The anthropogenic global warming theory is based upon the notion that increasing ‘greenhouse gases’ will increase infrared ‘back-radiation’ to the earth to [supposedly] warm the planet. The theory also claims that increases in the minor ‘greenhouse gas’ carbon dioxide will cause increases in the major ‘greenhouse gas’ water vapor to amplify the infrared ‘back-radiation’ and global warming. A study published online yesterday in The Journal of Climate, however, finds that contrary to the global warming theory, infrared ‘back-radiation’ from greenhouse gases has declined over the past 14 years in the US Southern Great Plains in winter, summer, and autumn. If the anthropogenic global warming theory was correct, the infrared ‘back-radiation’ should have instead increased year-round over the past 14 years along with the steady rise in atmospheric carbon dioxide.
Journal of Climate 2011 ; e-View doi: 10.1175/2011JCLI4210.1
Long-Term Trends in Downwelling Spectral Infrared Radiance over the U.S. Southern Great Plains
P. Jonathan Gero, Space Science and Engineering Center, University of Wisconsin-Madison, Madison, Wisconsin
David D. Turner, NOAA / National Severe Storms Laboratory, Norman, Oklahoma and Department of Atmospheric and Oceanic Sciences, University of Wisconsin-Madison, Madison, Wisconsin
Abstract: A trend analysis was applied to a 14-year time series of downwelling spectral infrared radiance observations from the Atmospheric Emitted Radiance Interferometer (AERI) located at the Atmospheric Radiation Measurement (ARM) site in the U.S. Southern Great Plains. The highly accurate calibration of the AERI instrument, performed every 10 minutes, ensures that any statistically significant trend in the observed data over this time can be attributed to changes in the atmospheric properties and composition, and not to changes in the sensitivity or responsivity of the instrument. The measured infrared spectra, numbering over 800,000, were classified as clear-sky, thin cloud, and thick cloud scenes using a neural network method. The AERI data record demonstrates that the downwelling infrared radiance is decreasing over this 14-year time period in the winter, summer, and autumn seasons but is increasing in the spring; these trends are statistically significant and are primarily due to long-term change in the cloudiness above the site.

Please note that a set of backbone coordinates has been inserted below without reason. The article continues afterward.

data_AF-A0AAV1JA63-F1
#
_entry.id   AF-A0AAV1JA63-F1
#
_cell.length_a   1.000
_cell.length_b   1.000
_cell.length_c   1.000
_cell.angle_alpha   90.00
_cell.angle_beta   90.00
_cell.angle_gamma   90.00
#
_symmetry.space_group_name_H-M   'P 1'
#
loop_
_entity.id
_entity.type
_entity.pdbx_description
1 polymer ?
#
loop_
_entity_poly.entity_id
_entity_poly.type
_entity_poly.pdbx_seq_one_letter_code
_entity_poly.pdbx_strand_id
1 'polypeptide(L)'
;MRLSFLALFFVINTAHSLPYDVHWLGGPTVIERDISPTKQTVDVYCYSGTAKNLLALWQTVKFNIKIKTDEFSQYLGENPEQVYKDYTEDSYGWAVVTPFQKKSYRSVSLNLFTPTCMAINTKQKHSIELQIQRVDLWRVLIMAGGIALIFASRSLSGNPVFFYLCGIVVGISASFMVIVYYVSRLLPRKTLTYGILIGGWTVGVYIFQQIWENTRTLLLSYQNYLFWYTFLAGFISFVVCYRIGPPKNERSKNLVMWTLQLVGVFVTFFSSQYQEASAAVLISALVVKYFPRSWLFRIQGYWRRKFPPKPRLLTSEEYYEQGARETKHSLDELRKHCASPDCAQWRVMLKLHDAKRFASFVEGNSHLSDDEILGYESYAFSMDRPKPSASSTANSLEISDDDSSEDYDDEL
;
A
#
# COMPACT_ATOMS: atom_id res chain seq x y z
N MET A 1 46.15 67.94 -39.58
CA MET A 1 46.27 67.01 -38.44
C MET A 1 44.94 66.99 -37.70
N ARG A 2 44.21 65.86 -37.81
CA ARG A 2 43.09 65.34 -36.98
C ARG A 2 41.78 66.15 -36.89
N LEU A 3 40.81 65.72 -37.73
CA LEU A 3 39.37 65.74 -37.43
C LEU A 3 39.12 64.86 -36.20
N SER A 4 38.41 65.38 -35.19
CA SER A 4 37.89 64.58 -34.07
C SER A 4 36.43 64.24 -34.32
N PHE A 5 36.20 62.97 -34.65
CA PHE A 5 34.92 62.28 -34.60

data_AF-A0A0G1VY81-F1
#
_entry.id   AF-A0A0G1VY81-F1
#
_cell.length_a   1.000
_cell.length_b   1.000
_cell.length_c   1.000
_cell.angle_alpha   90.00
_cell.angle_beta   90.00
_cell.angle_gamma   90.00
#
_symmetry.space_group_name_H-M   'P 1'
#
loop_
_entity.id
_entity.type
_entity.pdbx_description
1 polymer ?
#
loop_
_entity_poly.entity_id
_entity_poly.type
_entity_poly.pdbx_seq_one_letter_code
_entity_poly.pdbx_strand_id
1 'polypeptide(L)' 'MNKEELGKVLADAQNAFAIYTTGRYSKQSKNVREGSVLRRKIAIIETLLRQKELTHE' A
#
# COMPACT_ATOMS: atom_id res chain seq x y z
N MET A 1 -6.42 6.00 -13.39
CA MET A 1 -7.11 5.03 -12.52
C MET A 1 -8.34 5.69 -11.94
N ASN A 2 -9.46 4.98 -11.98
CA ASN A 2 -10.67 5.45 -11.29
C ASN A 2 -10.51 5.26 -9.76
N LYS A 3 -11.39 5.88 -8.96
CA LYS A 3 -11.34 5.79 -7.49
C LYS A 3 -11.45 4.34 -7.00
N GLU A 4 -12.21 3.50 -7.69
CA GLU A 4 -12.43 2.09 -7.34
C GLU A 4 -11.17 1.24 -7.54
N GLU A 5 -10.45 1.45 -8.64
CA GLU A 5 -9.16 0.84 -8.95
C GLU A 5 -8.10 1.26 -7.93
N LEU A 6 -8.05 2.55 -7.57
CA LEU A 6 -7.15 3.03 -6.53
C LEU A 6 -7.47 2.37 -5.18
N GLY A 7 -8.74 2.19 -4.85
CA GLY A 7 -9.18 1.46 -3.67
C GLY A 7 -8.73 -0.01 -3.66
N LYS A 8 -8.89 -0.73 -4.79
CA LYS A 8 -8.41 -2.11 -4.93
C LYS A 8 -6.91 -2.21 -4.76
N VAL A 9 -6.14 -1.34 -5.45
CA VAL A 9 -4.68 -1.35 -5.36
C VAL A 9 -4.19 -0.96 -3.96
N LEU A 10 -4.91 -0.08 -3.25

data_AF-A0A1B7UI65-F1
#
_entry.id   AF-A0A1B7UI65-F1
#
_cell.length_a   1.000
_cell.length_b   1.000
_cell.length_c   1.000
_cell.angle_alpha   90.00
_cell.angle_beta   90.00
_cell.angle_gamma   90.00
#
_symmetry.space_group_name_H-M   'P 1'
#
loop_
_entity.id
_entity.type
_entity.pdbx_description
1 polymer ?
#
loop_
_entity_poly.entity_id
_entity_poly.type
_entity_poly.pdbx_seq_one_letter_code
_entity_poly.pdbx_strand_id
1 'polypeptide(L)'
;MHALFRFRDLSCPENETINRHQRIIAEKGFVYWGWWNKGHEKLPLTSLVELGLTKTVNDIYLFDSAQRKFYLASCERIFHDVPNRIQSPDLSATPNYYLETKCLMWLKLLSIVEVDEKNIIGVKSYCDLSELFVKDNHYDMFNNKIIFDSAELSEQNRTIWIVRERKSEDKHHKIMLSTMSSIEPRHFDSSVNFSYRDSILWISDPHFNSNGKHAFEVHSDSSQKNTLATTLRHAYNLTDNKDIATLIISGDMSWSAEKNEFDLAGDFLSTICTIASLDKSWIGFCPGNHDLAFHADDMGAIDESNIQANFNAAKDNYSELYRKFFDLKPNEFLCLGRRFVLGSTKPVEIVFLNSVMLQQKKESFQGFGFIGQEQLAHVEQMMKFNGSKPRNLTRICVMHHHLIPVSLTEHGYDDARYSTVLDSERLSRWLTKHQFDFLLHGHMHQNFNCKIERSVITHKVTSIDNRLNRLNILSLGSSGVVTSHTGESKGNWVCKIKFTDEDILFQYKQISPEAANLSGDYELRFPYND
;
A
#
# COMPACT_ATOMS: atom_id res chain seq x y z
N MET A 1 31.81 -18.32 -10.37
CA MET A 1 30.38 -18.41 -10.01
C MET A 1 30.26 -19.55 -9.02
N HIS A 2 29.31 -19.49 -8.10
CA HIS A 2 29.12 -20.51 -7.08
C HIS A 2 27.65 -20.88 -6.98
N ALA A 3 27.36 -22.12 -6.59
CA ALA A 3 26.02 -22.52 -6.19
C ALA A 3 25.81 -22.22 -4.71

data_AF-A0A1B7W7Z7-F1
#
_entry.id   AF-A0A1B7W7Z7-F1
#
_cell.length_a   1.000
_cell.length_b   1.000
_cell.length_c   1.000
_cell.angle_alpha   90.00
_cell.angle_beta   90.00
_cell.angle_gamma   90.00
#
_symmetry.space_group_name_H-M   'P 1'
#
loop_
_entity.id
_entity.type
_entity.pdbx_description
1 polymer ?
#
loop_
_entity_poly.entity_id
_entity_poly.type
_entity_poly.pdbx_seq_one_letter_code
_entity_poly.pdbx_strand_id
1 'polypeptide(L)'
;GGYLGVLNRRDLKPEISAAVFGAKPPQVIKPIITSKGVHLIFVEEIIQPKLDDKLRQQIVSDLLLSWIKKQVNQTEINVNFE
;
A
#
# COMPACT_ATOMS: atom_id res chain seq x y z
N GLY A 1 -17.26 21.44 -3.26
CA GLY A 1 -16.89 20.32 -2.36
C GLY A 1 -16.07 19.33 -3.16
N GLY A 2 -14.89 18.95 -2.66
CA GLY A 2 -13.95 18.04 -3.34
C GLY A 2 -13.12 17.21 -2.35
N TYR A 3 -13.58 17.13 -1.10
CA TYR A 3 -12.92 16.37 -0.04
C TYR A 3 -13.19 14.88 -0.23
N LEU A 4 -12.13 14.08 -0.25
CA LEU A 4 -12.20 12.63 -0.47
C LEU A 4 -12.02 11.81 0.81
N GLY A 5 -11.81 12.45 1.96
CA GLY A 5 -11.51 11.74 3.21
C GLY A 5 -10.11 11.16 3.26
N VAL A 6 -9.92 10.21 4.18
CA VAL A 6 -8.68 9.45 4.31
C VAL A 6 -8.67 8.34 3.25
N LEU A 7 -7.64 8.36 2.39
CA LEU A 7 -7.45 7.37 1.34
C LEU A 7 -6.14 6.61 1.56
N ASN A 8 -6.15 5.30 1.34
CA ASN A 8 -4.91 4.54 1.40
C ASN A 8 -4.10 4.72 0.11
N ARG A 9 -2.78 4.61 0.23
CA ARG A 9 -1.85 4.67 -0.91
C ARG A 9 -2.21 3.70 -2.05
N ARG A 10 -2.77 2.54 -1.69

The AERI data also show many statistically significant trends on annual, seasonal, and diurnal time scales, with different trend signatures identified in the separate scene classifications. Given the decadal time span of the dataset, effects from natural variability should be considered in drawing broader conclusions. Nevertheless, this data set has high value due to the ability to infer possible mechanisms for any trends from the observations themselves, and to test the performance of climate models.